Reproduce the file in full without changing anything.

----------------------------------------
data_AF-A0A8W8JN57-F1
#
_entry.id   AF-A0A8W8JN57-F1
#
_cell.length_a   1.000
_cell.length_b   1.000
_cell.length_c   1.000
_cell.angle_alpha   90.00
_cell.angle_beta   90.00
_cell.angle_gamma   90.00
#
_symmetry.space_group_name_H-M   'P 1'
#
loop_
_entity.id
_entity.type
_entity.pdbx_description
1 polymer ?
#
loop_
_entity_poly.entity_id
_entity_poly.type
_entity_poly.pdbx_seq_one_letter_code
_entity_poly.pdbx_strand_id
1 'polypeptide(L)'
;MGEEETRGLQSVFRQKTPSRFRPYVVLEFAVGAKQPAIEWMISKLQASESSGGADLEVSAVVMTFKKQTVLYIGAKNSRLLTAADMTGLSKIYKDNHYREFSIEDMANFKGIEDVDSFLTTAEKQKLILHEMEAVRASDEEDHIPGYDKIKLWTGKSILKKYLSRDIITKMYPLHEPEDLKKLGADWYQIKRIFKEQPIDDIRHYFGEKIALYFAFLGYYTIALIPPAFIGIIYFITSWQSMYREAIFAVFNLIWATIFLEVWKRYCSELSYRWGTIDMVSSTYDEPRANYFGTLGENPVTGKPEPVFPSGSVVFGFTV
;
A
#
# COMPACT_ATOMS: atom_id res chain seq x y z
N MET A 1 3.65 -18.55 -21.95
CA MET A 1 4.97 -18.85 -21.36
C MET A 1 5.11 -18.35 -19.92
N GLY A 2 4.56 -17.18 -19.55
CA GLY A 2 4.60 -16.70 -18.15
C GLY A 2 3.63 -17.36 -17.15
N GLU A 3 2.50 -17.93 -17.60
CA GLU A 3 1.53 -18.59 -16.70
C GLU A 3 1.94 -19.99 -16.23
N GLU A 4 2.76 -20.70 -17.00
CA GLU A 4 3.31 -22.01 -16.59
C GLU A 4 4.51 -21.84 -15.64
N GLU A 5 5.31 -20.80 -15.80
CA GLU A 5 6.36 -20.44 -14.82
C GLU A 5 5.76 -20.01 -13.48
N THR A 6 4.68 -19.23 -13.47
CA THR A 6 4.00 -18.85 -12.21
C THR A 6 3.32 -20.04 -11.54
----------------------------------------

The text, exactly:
data_AF-A0A8W8JN57-F1
#
_entry.id   AF-A0A8W8JN57-F1
#
_cell.length_a   1.000
_cell.length_b   1.000
_cell.length_c   1.000
_cell.angle_alpha   90.00
_cell.angle_beta   90.00
_cell.angle_gamma   90.00
#
_symmetry.space_group_name_H-M   'P 1'
#
loop_
_entity.id
_entity.type
_entity.pdbx_description
1 polymer ?
#
loop_
_entity_poly.entity_id
_entity_poly.type
_entity_poly.pdbx_seq_one_letter_code
_entity_poly.pdbx_strand_id
1 'polypeptide(L)'
;MGEEETRGLQSVFRQKTPSRFRPYVVLEFAVGAKQPAIEWMISKLQASESSGGADLEVSAVVMTFKKQTVLYIGAKNSRLLTAADMTGLSKIYKDNHYREFSIEDMANFKGIEDVDSFLTTAEKQKLILHEMEAVRASDEEDHIPGYDKIKLWTGKSILKKYLSRDIITKMYPLHEPEDLKKLGADWYQIKRIFKEQPIDDIRHYFGEKIALYFAFLGYYTIALIPPAFIGIIYFITSWQSMYREAIFAVFNLIWATIFLEVWKRYCSELSYRWGTIDMVSSTYDEPRANYFGTLGENPVTGKPEPVFPSGSVVFGFTV
;
A
#
# COMPACT_ATOMS: atom_id res chain seq x y z
N MET A 1 3.65 -18.55 -21.95
CA MET A 1 4.97 -18.85 -21.36
C MET A 1 5.11 -18.35 -19.92
N GLY A 2 4.56 -17.18 -19.55
CA GLY A 2 4.60 -16.70 -18.15
C GLY A 2 3.63 -17.36 -17.15
N GLU A 3 2.50 -17.93 -17.60
CA GLU A 3 1.53 -18.59 -16.70
C GLU A 3 1.94 -19.99 -16.23
N GLU A 4 2.76 -20.70 -17.00
CA GLU A 4 3.31 -22.01 -16.59
C GLU A 4 4.51 -21.84 -15.64
N GLU A 5 5.31 -20.80 -15.80
CA GLU A 5 6.36 -20.44 -14.82
C GLU A 5 5.76 -20.01 -13.48
N THR A 6 4.68 -19.23 -13.47
CA THR A 6 4.00 -18.85 -12.21
C THR A 6 3.32 -20.04 -11.54